From birth to 3 months of age your baby will be sleeping a lot, and it is never too soon to start establishing the important routines and sleeping patterns that will become an important part of you and your baby’s life. During the first few weeks of your baby’s life you can expect her to sleep up to 17 hours per day, but she will only stay asleep for a few hours at a time. As a new parent you can expect to have major changes in your sleeping schedule, as you will need to wake often throughout the night for feeding, comforting, and diaper changes. But soon you’ll adjust and you’ll be able to handle the regular nighttime wakeups that may become common.
When you can expect your baby to sleep longer
At around the age of 6 to 8 weeks your baby will start to sleep for longer periods of time in the evening, but she will wake up regularly to feed in the evenings. Her sleep cycle will also change from having longer REM sleep cycles to longer periods of deep sleep instead of REM sleep. Your baby may start sleeping for long periods of 8 to 12 hours at a very young age of 6 weeks, but this is not common. Most babies will need to be at least 5 or 6 months old before they are able to sleep for this long.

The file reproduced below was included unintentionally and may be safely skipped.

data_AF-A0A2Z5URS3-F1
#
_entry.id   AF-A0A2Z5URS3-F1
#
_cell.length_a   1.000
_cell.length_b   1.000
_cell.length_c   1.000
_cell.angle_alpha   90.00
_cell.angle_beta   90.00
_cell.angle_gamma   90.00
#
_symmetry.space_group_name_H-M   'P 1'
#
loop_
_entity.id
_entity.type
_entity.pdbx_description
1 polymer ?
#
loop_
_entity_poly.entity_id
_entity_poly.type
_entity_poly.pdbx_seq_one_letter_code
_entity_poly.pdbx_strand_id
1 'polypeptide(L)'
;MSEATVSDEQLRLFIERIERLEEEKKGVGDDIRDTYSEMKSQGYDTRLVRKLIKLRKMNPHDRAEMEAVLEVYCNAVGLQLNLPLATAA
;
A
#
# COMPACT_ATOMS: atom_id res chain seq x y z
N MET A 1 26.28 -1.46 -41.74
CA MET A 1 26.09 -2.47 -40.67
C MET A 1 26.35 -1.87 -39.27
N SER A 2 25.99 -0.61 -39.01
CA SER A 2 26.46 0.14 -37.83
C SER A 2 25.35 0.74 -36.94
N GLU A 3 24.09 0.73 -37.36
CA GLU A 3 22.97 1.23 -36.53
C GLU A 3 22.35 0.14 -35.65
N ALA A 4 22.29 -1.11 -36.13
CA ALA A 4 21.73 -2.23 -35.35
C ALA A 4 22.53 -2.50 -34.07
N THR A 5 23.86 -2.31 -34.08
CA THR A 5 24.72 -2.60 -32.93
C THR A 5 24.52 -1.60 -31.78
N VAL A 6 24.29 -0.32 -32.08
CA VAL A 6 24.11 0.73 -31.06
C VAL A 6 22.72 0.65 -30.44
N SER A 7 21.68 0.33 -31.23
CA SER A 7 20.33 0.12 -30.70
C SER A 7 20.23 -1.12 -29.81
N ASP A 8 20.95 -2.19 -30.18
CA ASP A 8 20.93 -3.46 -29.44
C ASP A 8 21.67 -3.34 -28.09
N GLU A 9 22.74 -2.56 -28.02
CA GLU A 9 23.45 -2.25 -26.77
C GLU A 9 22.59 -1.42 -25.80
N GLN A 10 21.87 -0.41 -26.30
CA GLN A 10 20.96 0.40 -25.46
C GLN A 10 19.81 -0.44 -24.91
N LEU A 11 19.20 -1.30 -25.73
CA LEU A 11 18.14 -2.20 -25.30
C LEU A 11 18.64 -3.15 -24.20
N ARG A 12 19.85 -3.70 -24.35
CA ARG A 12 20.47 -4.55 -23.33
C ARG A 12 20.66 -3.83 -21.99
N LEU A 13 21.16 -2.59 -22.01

Why newborns sleep in short intervals
Newborn babies have a shorter sleep cycle than adults, so they spend much more of their sleep cycle in REM sleep. REM sleep is thought to be necessary to the rapid development that babies have from the time of birth, and this type of sleep also happens to be much more easily disrupted. As a result your baby will wake up regularly during the first 6-8 weeks, but the awakenings will gradually start to slow down. You should start researching sleep training methods for your baby, but you will not want to start any type of sleep training until she is at least a few months old unless your pediatrician recommends otherwise.
Help your baby with day/night confusion
Day/night confusion is going to be a problem for your baby for a while, as she will not be able to distinguish daytime from nighttime for up to 6 weeks. You can help her with this transition by ensuring that she gets more activity during daylight hours. In general keep the days upbeat and full of activities and once the sun goes down minimize activity and focus more on relaxing, winding down and sleeping. You can also start establishing nighttime routines as early as 6 weeks.
Use white noise and swaddle your baby
White noise has shown to be very important for newborn babies, and helps to mimic the sounds in the womb. You can use a noise machine or a CD or a fan to mimic the whooshing and other loud noises that your baby heard in the womb. Swaddling also mimics the enclosed and comforting feeling of the womb, and you should learn a good swaddling technique which will help your baby fall asleep faster and for longer periods.